by Mish

Please consider China Snaps Up America’s Cheap Robot Labor.

“Made in America” will soon grace the labels of T-shirts produced by a Chinese company in Little Rock.
By early 2018, Tianyuan Garments Co., based in the Suzhou Industrial Park in eastern China, will unveil a $20 million factory staffed by about 330 robots from Atlanta-based Softwear Automation Inc. The botmaker and garment company estimate the factory will stitch about 23 million T-shirts a year. The cost per shirt, according to Pete Santora, Softwear’s chief commercial officer: 33¢.
“Around the world, even the cheapest labor market can’t compete with us,” Tang Xinhong, the chairman of Tianyuan, told the China Daily about the factory in July. The company, one of the biggest apparel makers in China, supplies Adidas, Armani, Reebok, and other major brands.
The garment industry has been slower to automate than others, such as automobiles and electronics. Developing a robot that can match the dexterity of a human hand to manipulate and stitch fabric is an expensive proposition, Santora says. Stitching a dress shirt with a breast pocket requires about 78 separate steps. Tricky, but such a bot is coming, says the chief executive officer of Softwear Automation, Palaniswamy Rajan: “We will roll that out within the next five years.”
Still, many garment makers are reluctant to move away from China. Over the past two decades, the industry has built up an extensive supply network for yarns, dyes, fasteners, zippers, and trimmings. China is still the world’s largest exporter of garments, with an annual value of $170 billion, says Xu of the apparel council.
One T-shirt factory isn’t going to change that. But after tariffs, duties, and shipping costs are factored in, the case for shifting production to the U.S. from emerging markets is a compelling one, Santora says. Meanwhile, as robots become smarter and market access becomes more important, poorer nations that counted on manufacturing to climb out of poverty—as Japan, Korea, and China did in the decades after World War II—will have to offer more than cheap labor.

The goal is to produce 23 million t-shirts at 33 cents each, about one shirt every 26 seconds.

RECOMMENDED ARTICLES

It’s rather difficult to compete against 33 cents when shipping and transportation costs are rolled in.

The factory will create 400 human jobs.

Deflationary productivity increases are just around the corner in manufacturing and driverless transportation. The Fed will not like them when they happen.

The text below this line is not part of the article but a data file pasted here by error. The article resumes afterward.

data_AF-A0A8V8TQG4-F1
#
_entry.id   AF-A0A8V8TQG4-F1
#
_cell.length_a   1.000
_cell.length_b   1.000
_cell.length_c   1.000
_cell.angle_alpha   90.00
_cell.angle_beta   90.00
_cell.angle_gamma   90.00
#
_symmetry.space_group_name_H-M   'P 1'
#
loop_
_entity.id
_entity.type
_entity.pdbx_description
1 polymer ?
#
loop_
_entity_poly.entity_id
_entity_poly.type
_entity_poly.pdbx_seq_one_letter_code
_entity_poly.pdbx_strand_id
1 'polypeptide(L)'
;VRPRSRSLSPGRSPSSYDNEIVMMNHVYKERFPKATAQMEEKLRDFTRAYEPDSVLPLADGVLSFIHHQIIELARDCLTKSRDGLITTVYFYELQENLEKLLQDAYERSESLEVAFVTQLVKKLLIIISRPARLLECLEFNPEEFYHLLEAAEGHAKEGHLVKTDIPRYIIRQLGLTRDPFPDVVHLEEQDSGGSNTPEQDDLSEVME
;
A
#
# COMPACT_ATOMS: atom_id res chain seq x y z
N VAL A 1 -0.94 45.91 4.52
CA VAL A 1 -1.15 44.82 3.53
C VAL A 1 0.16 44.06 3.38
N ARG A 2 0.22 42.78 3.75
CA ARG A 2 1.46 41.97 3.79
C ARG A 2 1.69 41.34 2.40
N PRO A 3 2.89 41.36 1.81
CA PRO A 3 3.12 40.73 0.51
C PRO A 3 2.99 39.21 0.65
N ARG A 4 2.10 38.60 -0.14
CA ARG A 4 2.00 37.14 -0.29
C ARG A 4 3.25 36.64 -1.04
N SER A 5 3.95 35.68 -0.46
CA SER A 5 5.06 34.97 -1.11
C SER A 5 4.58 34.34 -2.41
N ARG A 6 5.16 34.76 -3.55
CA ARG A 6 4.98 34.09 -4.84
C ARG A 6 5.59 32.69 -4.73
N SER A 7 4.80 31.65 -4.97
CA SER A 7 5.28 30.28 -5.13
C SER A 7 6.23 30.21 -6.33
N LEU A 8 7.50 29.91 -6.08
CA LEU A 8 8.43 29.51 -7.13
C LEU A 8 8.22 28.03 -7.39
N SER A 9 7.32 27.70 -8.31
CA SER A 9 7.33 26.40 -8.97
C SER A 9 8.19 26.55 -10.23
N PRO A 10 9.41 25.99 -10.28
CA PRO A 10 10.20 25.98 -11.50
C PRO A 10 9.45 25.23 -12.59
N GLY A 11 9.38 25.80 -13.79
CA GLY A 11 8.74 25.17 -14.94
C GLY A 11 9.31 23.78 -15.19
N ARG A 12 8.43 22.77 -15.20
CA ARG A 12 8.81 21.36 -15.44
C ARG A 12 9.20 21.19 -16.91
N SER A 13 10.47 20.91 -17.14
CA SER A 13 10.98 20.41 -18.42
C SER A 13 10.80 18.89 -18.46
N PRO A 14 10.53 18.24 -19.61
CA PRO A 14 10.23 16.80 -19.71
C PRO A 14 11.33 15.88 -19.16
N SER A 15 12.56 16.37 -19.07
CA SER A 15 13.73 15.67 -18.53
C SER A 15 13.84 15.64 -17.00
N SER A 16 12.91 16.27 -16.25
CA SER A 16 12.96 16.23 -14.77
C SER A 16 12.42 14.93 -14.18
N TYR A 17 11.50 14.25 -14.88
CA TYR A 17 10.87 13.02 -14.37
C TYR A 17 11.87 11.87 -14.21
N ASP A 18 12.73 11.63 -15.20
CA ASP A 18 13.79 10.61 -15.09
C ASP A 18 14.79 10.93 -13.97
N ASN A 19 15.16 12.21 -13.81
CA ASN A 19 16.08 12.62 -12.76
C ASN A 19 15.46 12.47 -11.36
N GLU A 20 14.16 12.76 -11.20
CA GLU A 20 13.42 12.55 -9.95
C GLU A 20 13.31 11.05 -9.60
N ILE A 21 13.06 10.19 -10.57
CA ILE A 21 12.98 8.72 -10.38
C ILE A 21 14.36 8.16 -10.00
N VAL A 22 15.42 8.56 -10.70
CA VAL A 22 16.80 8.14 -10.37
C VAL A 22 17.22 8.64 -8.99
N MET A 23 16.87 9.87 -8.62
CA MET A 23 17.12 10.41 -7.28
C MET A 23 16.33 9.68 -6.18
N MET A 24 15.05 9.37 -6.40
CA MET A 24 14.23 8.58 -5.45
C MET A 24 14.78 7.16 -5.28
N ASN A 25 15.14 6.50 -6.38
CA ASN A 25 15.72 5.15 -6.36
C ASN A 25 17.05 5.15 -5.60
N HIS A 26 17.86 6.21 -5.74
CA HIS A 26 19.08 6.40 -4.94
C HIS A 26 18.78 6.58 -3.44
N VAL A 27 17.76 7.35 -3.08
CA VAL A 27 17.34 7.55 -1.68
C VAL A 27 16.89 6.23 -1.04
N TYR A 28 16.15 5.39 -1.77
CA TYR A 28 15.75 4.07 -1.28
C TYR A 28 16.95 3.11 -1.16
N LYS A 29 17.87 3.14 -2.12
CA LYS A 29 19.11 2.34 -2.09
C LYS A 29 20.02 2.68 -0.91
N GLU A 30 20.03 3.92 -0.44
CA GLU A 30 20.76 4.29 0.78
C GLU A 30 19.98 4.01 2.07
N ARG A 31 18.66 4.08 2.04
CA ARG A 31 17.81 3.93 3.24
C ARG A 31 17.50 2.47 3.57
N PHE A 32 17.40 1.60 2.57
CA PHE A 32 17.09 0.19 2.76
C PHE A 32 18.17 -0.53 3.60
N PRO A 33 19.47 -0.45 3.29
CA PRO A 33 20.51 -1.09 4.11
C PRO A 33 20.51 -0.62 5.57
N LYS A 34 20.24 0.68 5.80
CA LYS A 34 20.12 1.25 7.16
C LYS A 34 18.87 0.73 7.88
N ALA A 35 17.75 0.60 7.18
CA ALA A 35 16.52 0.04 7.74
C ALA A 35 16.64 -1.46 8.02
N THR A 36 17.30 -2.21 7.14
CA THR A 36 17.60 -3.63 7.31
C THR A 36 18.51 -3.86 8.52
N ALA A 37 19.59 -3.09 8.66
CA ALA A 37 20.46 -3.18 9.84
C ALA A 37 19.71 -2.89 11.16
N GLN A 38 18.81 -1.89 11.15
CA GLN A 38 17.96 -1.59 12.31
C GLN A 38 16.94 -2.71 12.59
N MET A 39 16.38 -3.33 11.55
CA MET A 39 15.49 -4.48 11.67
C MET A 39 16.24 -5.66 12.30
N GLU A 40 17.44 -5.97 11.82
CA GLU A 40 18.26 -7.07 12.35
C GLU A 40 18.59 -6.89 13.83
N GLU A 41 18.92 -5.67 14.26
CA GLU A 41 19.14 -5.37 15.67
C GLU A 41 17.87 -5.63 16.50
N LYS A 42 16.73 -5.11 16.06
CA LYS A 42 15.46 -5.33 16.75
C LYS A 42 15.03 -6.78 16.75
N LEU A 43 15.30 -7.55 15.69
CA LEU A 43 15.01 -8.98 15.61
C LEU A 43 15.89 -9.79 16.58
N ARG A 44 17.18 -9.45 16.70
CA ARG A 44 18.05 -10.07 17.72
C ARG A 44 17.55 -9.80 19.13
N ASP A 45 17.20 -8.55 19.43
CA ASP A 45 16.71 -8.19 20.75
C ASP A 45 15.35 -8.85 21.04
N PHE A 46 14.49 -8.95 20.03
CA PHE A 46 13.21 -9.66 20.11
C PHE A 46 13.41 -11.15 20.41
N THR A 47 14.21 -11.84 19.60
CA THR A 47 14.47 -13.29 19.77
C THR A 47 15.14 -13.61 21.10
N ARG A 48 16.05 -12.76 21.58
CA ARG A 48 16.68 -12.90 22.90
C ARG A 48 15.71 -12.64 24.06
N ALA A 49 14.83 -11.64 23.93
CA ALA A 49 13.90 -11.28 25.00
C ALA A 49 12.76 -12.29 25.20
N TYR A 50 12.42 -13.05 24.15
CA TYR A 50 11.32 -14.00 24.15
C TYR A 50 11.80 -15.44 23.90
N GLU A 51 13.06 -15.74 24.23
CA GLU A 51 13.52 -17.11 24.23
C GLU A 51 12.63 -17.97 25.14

Mike “Mish” Shedlock

We Need New Labels: I Propose “100% Robot Made”

Yesterday, Apple’s iPhone maker, Foxconn announced an immediate cut of 60,000 workers to be replaced by robots.

Amazon Plans Robotic Supermarket Staffed by 3; Chinese Factory Eliminate 90% of Humans, Defects Drop

Trump blames Mexico, China, and even Germany for taking US jobs and for US trade imbalances.

Robots Replace Robots

Existing robots are just not good enough. If we replace robots with better robots, we can reduce the number of robots and get rid of more humans as well.

"Made in China" Soon to be Replaced by "Made in Taiwan"

Trump inflicted much pain on China and vice versa. This is always the case in trade wars. Sideline beneficiaries abound.

"Made in China" Economic Hit Coming Right Up

Economic contagion due to the coronavirus is underway. Hyundai halted production. Sony, Apple, and Ford issued warnings.

Robot Caused Anxiety: Blame the Robots, Even for the Election

Robots are taking our jobs says the Brookings Institute. This causes “Robot Anxiety“, but not everywhere, just in the Red states that swung the election to Trump.

Producer Prices Unexpectedly Decline

The Producer Price Index (PPI) for final goods unexpectedly declined in July. The PPI fell 0.1% as did the core PPI which excludes food and energy. THe Econoday consensus expected a 0.1% gain.

Robots at Boeing: Ex-Boeing Employee Chimes In On Robotics

In response to Humanoid Robots to Manufacture Planes, reader “XBE”, a 37-year ex-Boeing employee, pinged me with a few comments on robots and trends in the number of people it takes to build a plane.

Sports Writer Robots; Will an AI Robot Writer Win a Pulitzer Prize?

Robots are continually in the news. Here’s an investigation of the shape of things to come for robotic journalism.